Today is Labor Day. The U.S. has been celebrating the American worker since 1882. It’s a day where we picnic, barbecue, get together with family and friends, and say goodbye to another summer. Many of us don’t get to enjoy the Labor Day festivities – especially those of us whose job is to care for people at the end of their lives. This is to honor all of you.
When we reflect on what we do for a living, what are the images that come to mind? A hand held, a long silence, tears shed. Or is it a dressing changed, a subcutaneous injection, or a nebulizer treatment? It could be a story shared, a laugh, a thank you. All of these are a big part of our daily activities, but do they accurately reflect what we really do?
I think it is much bigger than that, and goes deeper into who we are as human beings. It is difficult to articulate the emotions that go along with the things we do every day. As an educator in hospice, I don’t often see patients on a regular basis any more. But my hope is that the knowledge I share from my 32 years as a nurse will help those new to this field to in turn help their patients.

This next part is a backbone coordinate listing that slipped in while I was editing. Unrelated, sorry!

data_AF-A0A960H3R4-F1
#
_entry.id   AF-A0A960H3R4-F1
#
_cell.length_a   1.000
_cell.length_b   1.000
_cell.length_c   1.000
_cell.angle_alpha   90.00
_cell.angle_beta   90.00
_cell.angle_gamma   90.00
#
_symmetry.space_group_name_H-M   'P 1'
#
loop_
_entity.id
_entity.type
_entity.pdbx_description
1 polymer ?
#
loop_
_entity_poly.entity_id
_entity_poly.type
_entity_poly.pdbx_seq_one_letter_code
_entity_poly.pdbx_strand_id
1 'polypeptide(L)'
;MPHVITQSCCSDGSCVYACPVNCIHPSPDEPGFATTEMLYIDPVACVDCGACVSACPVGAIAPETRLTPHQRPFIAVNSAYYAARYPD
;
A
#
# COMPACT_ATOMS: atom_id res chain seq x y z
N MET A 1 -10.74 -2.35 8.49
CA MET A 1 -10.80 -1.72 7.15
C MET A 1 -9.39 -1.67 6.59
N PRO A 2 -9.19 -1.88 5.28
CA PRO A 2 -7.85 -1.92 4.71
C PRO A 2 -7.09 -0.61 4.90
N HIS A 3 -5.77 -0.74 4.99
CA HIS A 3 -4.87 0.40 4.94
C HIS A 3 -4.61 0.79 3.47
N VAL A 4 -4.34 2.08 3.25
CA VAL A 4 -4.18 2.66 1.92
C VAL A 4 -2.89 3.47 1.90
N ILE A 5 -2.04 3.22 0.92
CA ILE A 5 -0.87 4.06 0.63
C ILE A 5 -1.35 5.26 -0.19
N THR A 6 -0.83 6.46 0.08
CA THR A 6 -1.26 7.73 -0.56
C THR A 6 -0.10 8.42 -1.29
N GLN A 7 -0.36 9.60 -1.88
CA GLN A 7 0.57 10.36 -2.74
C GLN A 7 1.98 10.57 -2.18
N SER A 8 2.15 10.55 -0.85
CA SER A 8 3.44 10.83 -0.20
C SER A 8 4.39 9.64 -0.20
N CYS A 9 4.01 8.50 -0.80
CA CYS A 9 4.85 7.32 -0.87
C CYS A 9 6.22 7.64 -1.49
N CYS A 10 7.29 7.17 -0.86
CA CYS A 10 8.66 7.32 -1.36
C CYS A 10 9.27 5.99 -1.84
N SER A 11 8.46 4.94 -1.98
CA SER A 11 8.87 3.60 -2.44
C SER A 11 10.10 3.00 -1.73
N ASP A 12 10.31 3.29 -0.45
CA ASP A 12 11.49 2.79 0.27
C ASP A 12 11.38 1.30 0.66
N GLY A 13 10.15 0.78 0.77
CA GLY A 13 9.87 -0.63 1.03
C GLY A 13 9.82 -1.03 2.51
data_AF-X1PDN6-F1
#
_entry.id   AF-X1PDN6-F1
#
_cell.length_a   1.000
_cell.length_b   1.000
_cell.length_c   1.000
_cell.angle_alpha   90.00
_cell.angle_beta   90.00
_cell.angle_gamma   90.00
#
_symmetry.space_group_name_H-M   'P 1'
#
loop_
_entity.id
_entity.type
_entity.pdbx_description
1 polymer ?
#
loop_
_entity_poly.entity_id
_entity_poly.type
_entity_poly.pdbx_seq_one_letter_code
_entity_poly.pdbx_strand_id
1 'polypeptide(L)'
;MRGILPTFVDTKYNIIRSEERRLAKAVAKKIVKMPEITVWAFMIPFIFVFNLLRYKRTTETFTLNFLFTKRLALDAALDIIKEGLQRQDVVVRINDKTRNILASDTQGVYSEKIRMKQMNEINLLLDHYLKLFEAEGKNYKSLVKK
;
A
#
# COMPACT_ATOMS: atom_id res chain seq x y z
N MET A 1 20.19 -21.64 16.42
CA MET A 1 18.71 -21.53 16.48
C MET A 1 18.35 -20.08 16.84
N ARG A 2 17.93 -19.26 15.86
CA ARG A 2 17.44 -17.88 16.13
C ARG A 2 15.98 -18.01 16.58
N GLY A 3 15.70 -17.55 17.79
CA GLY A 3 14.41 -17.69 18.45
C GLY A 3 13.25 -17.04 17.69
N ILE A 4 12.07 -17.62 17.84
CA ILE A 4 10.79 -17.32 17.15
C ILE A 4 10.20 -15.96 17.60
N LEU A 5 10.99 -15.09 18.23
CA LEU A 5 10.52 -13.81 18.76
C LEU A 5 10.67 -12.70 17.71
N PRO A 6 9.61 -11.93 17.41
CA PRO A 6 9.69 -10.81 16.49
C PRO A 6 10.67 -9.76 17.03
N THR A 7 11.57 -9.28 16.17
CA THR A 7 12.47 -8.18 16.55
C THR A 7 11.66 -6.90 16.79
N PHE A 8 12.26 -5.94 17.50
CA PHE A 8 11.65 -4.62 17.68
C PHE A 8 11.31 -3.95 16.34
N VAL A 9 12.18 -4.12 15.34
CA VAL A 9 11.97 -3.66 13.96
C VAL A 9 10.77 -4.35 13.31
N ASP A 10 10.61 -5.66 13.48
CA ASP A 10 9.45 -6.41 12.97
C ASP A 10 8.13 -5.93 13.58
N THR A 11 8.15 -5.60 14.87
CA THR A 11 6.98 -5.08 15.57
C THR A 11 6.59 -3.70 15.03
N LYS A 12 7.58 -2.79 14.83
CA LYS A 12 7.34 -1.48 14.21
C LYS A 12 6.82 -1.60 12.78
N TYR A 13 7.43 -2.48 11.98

I love what I do, but that love can’t be expressed in terms of enjoyment of the specific activities that a hospice educator performs in order to meet the expectations of an employer. For me, it is more personal. My mom and my dad both died in hospice care. They both died from COPD after years of heavy smoking. I promised each of them that they would not suffer at the end, when their lungs finally said “Enough!”, and stopped working.
I delivered on that promise, and that is the single most important thing I have ever done in my life. Mom and dad both had very unique experiences, but they were both surrounded by those they loved most, in a peaceful and sacred space created by what we know as hospice care. I like to describe it as “tucking them in” – as you would a beloved child you are laying down for the night.
When I am teaching, I do it with great passion. Each phrase that I speak, every story about my experiences shared, is with one mission in mind. The face of every patient that will be cared for by someone in my class, in my mind, has the face of my mom or my dad. This is my labor of love.